For as long as there has been alcohol and cars, there have been tests for driving drunk. While the various car breathalyzers have certainly evolved over the years, none of the new technology seems to have changed people’s opinions on how to beat a breathalyzer test. In truth, it seems that so many of these “beat a breathalyzer” methods try to register a “super drunk” blood alcohol concentration (BAC) in order to convince an officer or judge that the device was malfunctioning. It is this intoxicated logic that has kept the rumors of using pennies to beat a breathalyzer or field sobriety test circling for decades.
As if sucking on a penny isn’t enough of an indication of being buzzed or drunk.
High BAC readings aren’t the only reason people try to suck on pennies at a traffic stop. Pennies or other copper coins have been rumored to either mask the smell of alcohol on the breath during a face-to-face meeting with law enforcement or lower a person’s BAC level. None of these rumors are actually true; pennies will just make a person’s mouth dirty (who knows where those pennies have been?) and possibly get him or her into more trouble. Also, even if pennies did confuse a breathalyzer, that same person would be required to submit a blood or urine test to determine his or her intoxication. Pennies, copper or coins aren’t going to fool those tests at all.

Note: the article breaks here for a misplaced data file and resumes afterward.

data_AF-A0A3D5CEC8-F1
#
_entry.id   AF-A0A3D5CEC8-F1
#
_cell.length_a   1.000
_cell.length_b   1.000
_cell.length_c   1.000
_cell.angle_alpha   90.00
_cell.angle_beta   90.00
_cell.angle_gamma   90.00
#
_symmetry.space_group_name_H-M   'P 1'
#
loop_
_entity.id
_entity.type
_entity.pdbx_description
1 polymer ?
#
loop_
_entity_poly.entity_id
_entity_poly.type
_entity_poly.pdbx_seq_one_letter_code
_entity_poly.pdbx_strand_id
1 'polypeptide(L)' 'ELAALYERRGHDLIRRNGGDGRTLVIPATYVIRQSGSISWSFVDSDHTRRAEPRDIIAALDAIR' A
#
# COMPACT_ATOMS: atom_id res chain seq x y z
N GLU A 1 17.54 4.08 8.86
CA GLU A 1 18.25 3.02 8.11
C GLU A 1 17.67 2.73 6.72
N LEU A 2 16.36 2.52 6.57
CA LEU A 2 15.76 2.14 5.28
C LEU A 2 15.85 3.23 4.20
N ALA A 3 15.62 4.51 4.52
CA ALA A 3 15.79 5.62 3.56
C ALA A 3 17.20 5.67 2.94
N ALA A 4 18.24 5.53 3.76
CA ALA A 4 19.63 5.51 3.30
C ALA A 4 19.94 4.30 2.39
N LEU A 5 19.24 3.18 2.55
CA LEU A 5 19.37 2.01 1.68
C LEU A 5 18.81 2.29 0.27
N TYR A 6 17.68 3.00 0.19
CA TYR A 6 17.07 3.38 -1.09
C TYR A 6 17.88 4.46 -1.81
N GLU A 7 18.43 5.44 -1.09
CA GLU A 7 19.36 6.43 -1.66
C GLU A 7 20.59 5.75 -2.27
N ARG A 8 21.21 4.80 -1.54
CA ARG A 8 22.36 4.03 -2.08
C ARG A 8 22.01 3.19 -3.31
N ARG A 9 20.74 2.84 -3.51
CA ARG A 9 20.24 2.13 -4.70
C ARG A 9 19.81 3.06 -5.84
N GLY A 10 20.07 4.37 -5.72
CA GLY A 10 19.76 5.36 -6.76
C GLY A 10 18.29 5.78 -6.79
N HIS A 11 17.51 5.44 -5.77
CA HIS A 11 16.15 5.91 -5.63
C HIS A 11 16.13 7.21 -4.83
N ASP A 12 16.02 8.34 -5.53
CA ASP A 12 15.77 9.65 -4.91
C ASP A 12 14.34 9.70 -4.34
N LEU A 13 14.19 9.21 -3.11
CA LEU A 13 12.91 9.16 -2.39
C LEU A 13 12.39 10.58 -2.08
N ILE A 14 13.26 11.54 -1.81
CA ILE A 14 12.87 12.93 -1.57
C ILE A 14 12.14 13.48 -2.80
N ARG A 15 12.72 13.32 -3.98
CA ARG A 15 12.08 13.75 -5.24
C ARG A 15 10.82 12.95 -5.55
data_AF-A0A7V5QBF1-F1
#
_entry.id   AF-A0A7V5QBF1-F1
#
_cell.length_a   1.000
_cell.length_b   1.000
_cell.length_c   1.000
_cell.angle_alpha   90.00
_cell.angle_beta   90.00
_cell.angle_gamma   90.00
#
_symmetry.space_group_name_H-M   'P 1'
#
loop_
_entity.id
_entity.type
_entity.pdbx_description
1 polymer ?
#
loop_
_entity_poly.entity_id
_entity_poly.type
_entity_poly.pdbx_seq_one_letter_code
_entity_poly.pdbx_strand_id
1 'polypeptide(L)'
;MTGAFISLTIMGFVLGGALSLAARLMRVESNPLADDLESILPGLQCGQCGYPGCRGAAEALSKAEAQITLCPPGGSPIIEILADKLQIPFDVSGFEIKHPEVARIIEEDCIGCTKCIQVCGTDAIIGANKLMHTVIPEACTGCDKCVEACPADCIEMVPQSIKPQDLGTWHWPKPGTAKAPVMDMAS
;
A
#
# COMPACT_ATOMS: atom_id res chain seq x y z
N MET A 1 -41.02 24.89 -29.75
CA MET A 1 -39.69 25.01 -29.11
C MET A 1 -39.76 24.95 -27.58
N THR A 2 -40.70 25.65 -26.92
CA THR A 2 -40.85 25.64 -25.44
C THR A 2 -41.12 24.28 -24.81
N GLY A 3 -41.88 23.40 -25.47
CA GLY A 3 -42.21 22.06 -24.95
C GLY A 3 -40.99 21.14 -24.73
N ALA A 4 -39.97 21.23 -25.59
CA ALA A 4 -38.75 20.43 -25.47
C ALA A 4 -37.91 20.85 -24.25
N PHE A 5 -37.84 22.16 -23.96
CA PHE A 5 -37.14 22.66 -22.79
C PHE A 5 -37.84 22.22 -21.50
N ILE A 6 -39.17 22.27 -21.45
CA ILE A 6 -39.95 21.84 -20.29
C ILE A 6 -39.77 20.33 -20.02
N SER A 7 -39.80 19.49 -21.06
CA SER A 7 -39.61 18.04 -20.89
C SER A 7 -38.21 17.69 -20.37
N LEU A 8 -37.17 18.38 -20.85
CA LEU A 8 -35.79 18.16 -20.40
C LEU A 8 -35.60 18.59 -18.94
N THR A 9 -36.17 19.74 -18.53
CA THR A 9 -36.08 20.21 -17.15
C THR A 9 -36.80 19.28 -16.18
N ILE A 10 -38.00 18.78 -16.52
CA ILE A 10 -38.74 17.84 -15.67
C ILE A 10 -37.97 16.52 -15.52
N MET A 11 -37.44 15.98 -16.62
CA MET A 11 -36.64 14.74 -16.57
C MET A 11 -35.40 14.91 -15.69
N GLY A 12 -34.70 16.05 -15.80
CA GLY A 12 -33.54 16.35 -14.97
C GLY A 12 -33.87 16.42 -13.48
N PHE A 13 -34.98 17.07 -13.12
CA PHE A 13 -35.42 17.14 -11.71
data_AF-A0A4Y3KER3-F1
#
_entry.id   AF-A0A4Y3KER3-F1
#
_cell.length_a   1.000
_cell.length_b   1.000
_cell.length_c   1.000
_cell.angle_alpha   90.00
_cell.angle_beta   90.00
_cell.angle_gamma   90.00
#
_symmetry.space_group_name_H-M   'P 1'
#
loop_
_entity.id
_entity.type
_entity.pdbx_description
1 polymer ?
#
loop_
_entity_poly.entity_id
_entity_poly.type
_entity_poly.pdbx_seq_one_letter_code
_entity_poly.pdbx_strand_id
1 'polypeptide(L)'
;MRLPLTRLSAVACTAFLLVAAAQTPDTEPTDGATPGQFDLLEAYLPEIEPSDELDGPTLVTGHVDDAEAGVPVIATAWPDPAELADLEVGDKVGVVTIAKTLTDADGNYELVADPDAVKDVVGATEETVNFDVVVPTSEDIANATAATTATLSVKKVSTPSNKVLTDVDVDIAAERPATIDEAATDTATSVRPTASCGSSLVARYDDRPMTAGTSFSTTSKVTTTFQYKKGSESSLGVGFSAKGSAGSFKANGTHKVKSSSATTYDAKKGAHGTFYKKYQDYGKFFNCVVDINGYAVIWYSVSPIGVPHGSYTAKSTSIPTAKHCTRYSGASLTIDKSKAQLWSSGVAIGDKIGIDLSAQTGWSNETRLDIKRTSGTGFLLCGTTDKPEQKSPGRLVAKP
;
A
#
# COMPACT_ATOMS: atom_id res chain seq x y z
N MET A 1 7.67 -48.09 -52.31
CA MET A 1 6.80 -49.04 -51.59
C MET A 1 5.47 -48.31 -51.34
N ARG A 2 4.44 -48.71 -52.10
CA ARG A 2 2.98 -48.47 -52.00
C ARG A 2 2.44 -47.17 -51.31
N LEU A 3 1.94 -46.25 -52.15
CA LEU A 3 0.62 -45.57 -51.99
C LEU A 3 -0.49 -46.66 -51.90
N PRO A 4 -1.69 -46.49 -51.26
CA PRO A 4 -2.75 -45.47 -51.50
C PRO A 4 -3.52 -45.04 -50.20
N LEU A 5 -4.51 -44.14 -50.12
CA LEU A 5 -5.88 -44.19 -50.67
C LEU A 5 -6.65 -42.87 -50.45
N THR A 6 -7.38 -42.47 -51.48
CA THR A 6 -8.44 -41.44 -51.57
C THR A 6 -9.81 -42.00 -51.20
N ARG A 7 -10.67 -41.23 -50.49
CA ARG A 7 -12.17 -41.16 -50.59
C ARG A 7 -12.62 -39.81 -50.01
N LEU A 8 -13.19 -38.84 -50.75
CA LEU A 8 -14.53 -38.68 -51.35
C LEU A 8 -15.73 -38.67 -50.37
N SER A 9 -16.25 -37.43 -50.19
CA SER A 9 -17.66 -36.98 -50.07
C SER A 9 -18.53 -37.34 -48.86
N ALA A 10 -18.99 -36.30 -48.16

Since more states are requiring ignition interlock devices (IIDs) on vehicles of convicted drunk drivers, this same “penny solution” has been making the rounds for beating IID breath tests, as well. However, the same technology to detect alcohol in the blood is used in both a breathalyzer test and the ignition interlock device, rendering a dirty mouth of pennies useless, and the potential for a longer ignition interlock sentence.
In short, don’t put pennies in your mouth. They’re not going to help beat a breathalyzer or ignition interlock device test. Just don’t drink and drive.